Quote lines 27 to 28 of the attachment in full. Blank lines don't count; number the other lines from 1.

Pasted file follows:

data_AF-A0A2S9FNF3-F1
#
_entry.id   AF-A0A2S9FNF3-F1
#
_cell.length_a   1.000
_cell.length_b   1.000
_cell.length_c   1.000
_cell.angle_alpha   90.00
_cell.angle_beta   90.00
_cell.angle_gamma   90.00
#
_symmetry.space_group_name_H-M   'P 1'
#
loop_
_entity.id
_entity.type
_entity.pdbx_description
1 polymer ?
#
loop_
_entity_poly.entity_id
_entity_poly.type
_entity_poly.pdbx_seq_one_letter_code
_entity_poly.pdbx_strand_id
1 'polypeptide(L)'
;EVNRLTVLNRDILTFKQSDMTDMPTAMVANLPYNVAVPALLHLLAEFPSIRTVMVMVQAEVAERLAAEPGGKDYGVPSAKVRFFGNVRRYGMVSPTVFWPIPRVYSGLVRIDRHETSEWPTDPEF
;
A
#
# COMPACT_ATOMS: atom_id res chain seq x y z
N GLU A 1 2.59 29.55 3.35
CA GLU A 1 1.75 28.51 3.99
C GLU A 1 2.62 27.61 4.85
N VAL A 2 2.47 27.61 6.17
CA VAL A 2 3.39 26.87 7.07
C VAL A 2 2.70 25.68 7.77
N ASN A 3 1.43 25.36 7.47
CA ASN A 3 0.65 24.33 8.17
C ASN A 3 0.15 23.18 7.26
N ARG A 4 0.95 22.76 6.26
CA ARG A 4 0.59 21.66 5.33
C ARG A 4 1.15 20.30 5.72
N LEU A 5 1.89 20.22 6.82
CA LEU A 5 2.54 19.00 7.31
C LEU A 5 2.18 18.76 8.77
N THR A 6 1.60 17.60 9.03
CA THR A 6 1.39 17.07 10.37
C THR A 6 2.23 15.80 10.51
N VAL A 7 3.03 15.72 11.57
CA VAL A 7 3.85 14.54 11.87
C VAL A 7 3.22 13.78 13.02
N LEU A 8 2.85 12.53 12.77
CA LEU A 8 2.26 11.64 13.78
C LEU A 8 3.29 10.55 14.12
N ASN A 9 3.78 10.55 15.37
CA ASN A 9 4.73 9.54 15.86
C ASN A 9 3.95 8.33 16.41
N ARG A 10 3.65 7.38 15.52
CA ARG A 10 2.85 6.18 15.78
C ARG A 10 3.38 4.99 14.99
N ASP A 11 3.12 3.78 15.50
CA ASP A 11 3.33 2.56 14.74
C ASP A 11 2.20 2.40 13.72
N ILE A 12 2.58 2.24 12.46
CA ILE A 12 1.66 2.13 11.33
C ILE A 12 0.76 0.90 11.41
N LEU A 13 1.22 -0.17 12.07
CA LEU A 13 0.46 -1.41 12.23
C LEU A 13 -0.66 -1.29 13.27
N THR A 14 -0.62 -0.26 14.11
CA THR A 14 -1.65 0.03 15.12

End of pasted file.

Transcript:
;
A